Discussion in 'PUBLIC: Discuss the GTD Methodology' started by KW7, Mar 1, 2019.
Here's the current official GTD definition at: https://gettingthingsdone.com/about/
@Gardener @mcogilvie I fully agree with everything you are saying. I need to rethink my definitions. I guess after so much frustration with other tools I have come to consider NIrvana as the holy grail but of course it's not and does not cover everything
David Allen says (in the The book Making It All Work by David Allen on page 111) "Once you really integrate [the] clarification process into your life-and work style, you will find yourself comfortable with a wide range of tools that can genuinely work for you. If you haven't applied this process, nothing will seem to serve you very well."
It’s important to really understand the Clarification stage of GTD. The workflow chart is a very helpful tool for this. A true understanding and implementation of the Clarification stage, with the help of the workflow chart (is it actionable? -> no -> trash, reference or someday/maybe -> yes -> what is the next action? etc) help to determine the next action(s)
This is my experience too. GTD is a way of thinking, not a tool or tools. GTD is implemented in a variety of ways suited to each person and their ways of thinking and preferences in interacting with their world but the core of GTD does not change.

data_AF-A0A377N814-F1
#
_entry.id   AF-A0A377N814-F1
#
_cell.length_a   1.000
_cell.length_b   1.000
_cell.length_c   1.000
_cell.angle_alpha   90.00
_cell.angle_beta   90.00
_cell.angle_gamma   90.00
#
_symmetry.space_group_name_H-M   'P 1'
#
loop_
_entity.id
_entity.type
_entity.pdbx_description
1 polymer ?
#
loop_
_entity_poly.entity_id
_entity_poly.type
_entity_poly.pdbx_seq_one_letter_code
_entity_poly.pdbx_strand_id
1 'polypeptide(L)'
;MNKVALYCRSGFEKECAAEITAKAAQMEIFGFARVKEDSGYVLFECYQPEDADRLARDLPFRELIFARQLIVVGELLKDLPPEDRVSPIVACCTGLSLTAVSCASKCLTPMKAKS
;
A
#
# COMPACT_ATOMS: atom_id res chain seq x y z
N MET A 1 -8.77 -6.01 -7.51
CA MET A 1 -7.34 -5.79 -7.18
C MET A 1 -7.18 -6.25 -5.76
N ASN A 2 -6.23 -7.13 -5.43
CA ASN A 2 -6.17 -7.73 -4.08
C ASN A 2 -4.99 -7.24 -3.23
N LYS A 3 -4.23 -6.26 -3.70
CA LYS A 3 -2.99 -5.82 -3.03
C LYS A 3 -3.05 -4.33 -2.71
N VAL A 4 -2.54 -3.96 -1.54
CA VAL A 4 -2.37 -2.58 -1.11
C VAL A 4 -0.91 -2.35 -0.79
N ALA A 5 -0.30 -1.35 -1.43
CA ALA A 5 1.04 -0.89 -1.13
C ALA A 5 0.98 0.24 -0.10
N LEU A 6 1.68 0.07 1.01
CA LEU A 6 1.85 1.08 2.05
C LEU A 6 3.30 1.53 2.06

Your instinct is correct, that the context lists really should only have next actions. If you're finding that you are uneasy about this, you are probably not fully trusting your system yet. So that is usually a signal that some part of it needs tweaking. Some thoughts:
Where and how are you storing project support material? is it easy to access with zero friction? If you resist opening up your project support material, you wont trust it and therefore you will want to park the future actions and planning information in with your "current" work of next actions.
Are you doing regular Weekly Reviews? there's a reason David calls this the critical success factor. It ties everything together. If its inconsistent, the system will grow stale and distrust will creep in, leading to workarounds that introduce residue and friction into the system. "weekly' can be taken with a grain of salt. "regular" however is a must.
If you answered "yes" to #2: Are you waiting until the Weekly Review to update next action lists? This is a common snag with projects. If you're waiting until the weekly review to put the next action in sequence onto your lists, and you actually need to move that next action forward sooner, you will distrust the system. capture your next actions as you complete. Sometimes, you don't need support material or future actions because the completion triggers thinking up the next action. Sometimes you may need to do a quick review of project support; which is why #1 above is also important.
Are your next actions truly next actions? as oogie said somewhere earlier in this thread, the clarifying map is the thinking process at the core of GTD. Learn to slow down. Identify the next action, use a strong verb. I suggest writing your next actions as instructions to your future self. What does doing look like? everything else that's not the next action (future actions, plans, ideas, and checklists) goes in project support (see #1).
All of that said, GTD takes time. Its a lifelong pathway of mastery. Be patient with the process. Early on i used to worry about "whether i was doing GTD 'right'" whenever my system was not working optimally. Just keep tweaking, but I would focus on the thinking process before your tools. If you haven't checked out connect yet, i would highly recommend as a way to level-up your system and thinking about GTD. Its well worth the investment.
Hope it helps.